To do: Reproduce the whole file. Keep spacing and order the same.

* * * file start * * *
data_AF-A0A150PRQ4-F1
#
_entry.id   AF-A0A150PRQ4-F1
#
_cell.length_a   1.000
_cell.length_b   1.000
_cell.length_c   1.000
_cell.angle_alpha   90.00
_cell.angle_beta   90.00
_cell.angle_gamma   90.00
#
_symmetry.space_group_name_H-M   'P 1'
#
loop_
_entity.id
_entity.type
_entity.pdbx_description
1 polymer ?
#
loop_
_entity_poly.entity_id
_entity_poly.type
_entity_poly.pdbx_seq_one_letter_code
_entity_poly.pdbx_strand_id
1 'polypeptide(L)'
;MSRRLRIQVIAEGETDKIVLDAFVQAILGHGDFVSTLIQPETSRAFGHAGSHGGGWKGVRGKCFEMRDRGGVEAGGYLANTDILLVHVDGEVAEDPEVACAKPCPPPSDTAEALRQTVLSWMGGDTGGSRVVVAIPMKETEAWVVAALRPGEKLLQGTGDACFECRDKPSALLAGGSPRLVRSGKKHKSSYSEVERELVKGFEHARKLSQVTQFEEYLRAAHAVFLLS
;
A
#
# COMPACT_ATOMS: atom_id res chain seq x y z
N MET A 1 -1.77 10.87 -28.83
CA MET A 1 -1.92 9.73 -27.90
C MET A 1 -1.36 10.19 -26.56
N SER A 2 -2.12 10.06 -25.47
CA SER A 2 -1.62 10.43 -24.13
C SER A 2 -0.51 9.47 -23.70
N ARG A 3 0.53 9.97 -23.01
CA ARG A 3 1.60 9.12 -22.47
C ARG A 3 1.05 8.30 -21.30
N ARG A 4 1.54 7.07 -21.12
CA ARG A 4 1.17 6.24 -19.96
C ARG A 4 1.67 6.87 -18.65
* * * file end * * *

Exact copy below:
data_AF-A0A150PRQ4-F1
#
_entry.id   AF-A0A150PRQ4-F1
#
_cell.length_a   1.000
_cell.length_b   1.000
_cell.length_c   1.000
_cell.angle_alpha   90.00
_cell.angle_beta   90.00
_cell.angle_gamma   90.00
#
_symmetry.space_group_name_H-M   'P 1'
#
loop_
_entity.id
_entity.type
_entity.pdbx_description
1 polymer ?
#
loop_
_entity_poly.entity_id
_entity_poly.type
_entity_poly.pdbx_seq_one_letter_code
_entity_poly.pdbx_strand_id
1 'polypeptide(L)'
;MSRRLRIQVIAEGETDKIVLDAFVQAILGHGDFVSTLIQPETSRAFGHAGSHGGGWKGVRGKCFEMRDRGGVEAGGYLANTDILLVHVDGEVAEDPEVACAKPCPPPSDTAEALRQTVLSWMGGDTGGSRVVVAIPMKETEAWVVAALRPGEKLLQGTGDACFECRDKPSALLAGGSPRLVRSGKKHKSSYSEVERELVKGFEHARKLSQVTQFEEYLRAAHAVFLLS
;
A
#
# COMPACT_ATOMS: atom_id res chain seq x y z
N MET A 1 -1.77 10.87 -28.83
CA MET A 1 -1.92 9.73 -27.90
C MET A 1 -1.36 10.19 -26.56
N SER A 2 -2.12 10.06 -25.47
CA SER A 2 -1.62 10.43 -24.13
C SER A 2 -0.51 9.47 -23.70
N ARG A 3 0.53 9.97 -23.01
CA ARG A 3 1.60 9.12 -22.47
C ARG A 3 1.05 8.30 -21.30
N ARG A 4 1.54 7.07 -21.12
CA ARG A 4 1.17 6.24 -19.96
C ARG A 4 1.67 6.87 -18.65